Norway Probing If Driver

Knowledge Behind Fatality Rise


297559403 380341467618543 5559145363992159292 n                             The rise in fatalities may be due to the low number of last year due to the pandemic. PHOTO: POLITIET.NO14 OCT - A recent rise in the number of road fatalities in Norway has authorities looking into the reasons behind it.

Experts are wondering if the problem is not hidden in the driving education and especially the follow-up of drivers knowledge for years after.


“Every driver has learned what is right and wrong in traffic. But if we do not see the rules as "useful", we are quick to find our own solutions. You often start by slightly adjusting what you learned at driving school and take several shortcuts”, says Dagfinn Moe, traffic behavior researcher at Sintef. “When you get into a routine where you use a car every day, you tend to find your own driving style. Then one must hope that that style does not deviate too much from what is safe”, he says.


NRK (Norwegian Broadcasting Corporation) recently tested three random drivers in different age groups to see if they would pass a driving test after several years in traffic. Neither the youngest nor the oldest driver was able to pass. Pål (59) followed what he thought was his "flow" in traffic. When the speed limits were low, he got carried away and ended up over the limit. But even Thea (23), who had only got her licence three years ago, had already developed several wrong habits. “We know that habits are formed through doing things you find useful. It makes you slide into a driving pattern that you think works by itself. Then you may have problems interacting with others in traffic, and there will be a greater risk”, adds Moe.


For several years, Norway has been the country with the fewest traffic deaths in relation to the number of residents. “We have perhaps the best traffic education in the world. It is a very good starting point, but knowledge must also remain the same”, says transport minister Jon-Ivar Nygård. Deaths in traffic have been steadily decreasing for many years, but this year the situation has reversed. By the end of August this year, 80 people had died in traffic in Norway. As many as in the whole of 2021. “It is too early to say what is the cause of the increase, but what we do know is that it often has to do with driver error. It should also be said that last year's figures were exceptionally low due to the pandemic”, says Nygård. Several measures have been put in place to get closer to the Vision Zero. Speed ​​limits have been lowered on several stretches and information campaigns have been launched. But changes in driving training or mandatory follow-up of driving skills are not considered. “We all have a great personal responsibility to seek new knowledge if we know we are too insecure to be drivers, but we have no plans to propose a mandatory follow-up”, Nygård says.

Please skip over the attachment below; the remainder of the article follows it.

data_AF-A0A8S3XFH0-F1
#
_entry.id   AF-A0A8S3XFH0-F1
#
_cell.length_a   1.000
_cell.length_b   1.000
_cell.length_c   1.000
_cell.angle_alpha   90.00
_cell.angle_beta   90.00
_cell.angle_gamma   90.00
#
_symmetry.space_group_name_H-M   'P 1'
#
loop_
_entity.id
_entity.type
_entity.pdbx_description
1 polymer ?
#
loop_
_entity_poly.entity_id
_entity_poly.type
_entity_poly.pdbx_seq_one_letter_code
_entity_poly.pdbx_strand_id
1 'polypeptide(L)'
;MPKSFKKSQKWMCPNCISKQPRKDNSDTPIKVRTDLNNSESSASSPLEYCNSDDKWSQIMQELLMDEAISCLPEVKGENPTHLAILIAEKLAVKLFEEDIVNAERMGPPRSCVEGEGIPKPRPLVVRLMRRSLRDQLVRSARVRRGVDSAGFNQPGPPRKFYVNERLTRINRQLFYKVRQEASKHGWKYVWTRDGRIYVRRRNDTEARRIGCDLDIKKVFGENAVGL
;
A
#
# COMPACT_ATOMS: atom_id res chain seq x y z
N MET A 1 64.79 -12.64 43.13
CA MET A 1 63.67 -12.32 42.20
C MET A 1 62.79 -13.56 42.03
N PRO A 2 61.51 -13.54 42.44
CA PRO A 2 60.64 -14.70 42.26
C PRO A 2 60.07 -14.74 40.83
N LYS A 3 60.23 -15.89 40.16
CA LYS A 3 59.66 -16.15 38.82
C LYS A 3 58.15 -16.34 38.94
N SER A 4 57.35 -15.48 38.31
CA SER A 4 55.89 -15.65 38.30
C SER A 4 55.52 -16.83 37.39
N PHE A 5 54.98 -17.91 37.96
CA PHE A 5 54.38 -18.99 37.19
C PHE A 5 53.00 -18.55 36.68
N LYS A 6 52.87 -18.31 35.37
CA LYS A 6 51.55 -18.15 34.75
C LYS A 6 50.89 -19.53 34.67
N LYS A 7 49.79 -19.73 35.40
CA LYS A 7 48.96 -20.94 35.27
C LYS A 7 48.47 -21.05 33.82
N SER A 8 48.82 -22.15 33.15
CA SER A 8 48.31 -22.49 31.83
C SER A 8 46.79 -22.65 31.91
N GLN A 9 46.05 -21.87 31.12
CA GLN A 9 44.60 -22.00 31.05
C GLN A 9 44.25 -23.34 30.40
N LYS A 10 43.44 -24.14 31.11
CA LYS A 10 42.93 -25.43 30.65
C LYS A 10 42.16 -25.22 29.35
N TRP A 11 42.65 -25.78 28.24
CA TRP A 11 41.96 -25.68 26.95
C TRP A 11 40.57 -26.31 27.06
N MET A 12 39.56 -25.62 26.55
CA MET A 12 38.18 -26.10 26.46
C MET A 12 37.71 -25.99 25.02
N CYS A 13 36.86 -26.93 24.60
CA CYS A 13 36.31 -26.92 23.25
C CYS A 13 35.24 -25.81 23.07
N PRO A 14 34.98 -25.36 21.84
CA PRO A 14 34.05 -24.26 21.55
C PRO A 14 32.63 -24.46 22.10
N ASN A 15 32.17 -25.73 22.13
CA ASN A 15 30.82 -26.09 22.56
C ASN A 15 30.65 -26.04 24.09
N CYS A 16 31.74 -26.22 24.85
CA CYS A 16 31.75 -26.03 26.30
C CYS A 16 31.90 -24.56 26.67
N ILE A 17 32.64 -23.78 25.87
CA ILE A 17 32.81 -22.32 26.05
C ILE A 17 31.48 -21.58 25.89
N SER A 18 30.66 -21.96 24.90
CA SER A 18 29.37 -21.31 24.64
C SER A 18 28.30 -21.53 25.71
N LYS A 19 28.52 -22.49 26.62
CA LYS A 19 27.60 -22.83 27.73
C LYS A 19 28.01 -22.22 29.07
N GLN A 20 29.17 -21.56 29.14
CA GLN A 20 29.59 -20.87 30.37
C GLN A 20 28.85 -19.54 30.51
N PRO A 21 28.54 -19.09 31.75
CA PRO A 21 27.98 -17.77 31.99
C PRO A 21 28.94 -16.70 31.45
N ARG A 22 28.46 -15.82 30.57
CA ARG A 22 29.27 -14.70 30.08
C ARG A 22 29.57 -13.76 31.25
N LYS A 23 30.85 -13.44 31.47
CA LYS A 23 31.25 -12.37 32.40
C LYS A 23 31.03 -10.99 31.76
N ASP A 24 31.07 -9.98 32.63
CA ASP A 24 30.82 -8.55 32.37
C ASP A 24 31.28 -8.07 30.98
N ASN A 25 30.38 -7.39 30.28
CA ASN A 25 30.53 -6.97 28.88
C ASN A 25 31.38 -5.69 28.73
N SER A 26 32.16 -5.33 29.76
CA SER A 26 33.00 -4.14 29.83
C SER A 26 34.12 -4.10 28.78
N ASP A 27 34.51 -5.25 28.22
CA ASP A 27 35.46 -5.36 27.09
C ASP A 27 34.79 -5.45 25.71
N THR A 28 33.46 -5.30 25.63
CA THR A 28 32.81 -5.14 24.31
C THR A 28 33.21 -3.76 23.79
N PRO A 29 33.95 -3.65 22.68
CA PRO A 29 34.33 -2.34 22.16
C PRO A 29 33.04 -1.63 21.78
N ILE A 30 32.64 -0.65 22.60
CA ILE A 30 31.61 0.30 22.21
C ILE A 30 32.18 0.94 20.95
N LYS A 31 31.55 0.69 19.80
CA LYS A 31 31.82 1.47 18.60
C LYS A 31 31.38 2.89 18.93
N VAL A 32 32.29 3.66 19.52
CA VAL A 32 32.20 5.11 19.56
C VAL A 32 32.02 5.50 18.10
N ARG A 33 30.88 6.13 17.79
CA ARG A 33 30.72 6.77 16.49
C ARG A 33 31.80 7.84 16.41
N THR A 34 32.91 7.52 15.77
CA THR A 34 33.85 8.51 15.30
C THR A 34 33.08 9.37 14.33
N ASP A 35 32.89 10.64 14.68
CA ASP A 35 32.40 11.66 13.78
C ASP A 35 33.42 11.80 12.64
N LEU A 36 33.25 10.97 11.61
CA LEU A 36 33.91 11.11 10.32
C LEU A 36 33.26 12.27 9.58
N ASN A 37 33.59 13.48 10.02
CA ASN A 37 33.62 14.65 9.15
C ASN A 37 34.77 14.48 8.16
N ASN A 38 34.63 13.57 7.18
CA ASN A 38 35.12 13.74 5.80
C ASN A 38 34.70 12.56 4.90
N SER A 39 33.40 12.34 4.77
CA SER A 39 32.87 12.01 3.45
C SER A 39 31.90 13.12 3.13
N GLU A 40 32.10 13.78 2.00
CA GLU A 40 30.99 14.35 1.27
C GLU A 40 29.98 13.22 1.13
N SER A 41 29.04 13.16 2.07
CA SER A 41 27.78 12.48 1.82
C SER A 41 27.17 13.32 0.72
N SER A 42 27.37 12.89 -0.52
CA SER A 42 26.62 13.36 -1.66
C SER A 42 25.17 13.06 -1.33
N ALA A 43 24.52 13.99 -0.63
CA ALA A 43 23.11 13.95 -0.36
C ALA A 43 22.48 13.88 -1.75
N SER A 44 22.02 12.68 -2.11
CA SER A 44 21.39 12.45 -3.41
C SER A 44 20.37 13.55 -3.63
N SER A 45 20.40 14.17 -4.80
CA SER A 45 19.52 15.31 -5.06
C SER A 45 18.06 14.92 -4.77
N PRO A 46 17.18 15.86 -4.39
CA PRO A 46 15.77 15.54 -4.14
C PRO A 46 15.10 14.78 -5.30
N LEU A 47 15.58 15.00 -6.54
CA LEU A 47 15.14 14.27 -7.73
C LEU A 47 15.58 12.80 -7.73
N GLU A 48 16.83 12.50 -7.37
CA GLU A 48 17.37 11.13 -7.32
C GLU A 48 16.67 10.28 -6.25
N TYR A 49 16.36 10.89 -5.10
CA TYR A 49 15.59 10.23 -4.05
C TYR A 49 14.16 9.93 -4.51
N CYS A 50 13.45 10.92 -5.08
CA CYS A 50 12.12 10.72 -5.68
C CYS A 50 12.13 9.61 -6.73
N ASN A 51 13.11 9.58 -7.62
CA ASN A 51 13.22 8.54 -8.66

NO Knut SmedsrudKnut SmedsrudPolice

But the Police think it is much more about attitude than about knowledge. Knut Smedsrud, ROADPOL Council member and head of the Norwegian Road Police does not believe lack of knowledge of traffic rules is the main reason for fatal collisions. “Knowledge is there. Do not drive under the influence of drugs, do not use mobile phones, follow the speed limits... Is there a road user not to know these things? No, they know them. It’s just that some of them choose to disregard them", Smedsrud says. According to Smedsrud, excessive speed is the main reason behind 35% of fatal collisions. “We know that less than 70 per cent of motorists follow the speed limits. So this is more about attitude than knowledge”, Smedsrud concludes.